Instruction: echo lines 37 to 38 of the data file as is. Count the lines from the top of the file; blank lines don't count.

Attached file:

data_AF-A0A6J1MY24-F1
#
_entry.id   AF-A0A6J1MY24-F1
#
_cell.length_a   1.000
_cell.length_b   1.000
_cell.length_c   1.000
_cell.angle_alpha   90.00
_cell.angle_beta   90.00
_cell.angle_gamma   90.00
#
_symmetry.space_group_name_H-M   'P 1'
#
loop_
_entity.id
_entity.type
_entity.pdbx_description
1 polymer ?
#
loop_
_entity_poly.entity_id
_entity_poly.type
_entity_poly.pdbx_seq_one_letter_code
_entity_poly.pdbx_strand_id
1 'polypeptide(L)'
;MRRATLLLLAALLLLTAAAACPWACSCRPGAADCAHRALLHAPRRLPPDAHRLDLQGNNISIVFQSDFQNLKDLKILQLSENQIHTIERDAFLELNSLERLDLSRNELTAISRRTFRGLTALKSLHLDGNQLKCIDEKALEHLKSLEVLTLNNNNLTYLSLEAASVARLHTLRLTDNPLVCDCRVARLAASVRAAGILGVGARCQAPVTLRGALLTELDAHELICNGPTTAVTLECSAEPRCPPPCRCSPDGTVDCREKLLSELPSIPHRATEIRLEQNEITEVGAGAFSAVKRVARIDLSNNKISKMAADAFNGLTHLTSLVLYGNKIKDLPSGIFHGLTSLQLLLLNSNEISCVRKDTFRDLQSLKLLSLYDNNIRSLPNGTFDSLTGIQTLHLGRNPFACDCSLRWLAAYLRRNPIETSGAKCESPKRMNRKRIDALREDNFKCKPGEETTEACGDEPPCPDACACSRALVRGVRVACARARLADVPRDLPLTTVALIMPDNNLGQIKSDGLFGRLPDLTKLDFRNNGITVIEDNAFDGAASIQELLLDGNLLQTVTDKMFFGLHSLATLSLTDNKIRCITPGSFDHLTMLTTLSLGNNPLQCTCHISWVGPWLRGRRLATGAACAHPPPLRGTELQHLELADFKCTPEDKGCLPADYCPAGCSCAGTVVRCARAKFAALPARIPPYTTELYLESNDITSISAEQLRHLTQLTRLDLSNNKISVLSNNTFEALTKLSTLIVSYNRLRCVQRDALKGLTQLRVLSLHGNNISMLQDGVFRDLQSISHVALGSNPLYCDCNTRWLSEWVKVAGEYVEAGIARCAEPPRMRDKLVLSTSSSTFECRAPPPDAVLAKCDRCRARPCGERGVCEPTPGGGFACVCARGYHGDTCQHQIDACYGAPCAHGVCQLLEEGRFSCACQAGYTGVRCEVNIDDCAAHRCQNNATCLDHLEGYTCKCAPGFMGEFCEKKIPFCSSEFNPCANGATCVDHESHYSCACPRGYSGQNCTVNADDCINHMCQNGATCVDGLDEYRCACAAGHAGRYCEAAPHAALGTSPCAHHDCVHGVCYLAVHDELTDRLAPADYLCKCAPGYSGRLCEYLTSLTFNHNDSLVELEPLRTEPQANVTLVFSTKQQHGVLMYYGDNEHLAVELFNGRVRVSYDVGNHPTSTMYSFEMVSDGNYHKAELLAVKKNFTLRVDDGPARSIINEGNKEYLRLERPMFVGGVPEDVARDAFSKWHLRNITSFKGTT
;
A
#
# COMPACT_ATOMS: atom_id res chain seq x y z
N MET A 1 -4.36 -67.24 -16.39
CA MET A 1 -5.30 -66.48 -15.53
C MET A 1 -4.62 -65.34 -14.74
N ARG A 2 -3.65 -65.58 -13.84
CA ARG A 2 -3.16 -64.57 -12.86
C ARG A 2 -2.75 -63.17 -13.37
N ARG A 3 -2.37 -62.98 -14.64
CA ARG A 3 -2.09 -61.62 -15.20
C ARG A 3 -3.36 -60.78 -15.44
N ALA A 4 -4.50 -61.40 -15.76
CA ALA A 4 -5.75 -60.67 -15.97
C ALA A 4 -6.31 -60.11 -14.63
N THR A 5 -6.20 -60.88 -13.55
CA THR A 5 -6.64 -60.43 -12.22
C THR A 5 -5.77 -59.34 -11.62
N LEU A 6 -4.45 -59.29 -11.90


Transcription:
N ARG A 3 -2.37 -62.98 -14.64
CA ARG A 3 -2.09 -61.62 -15.20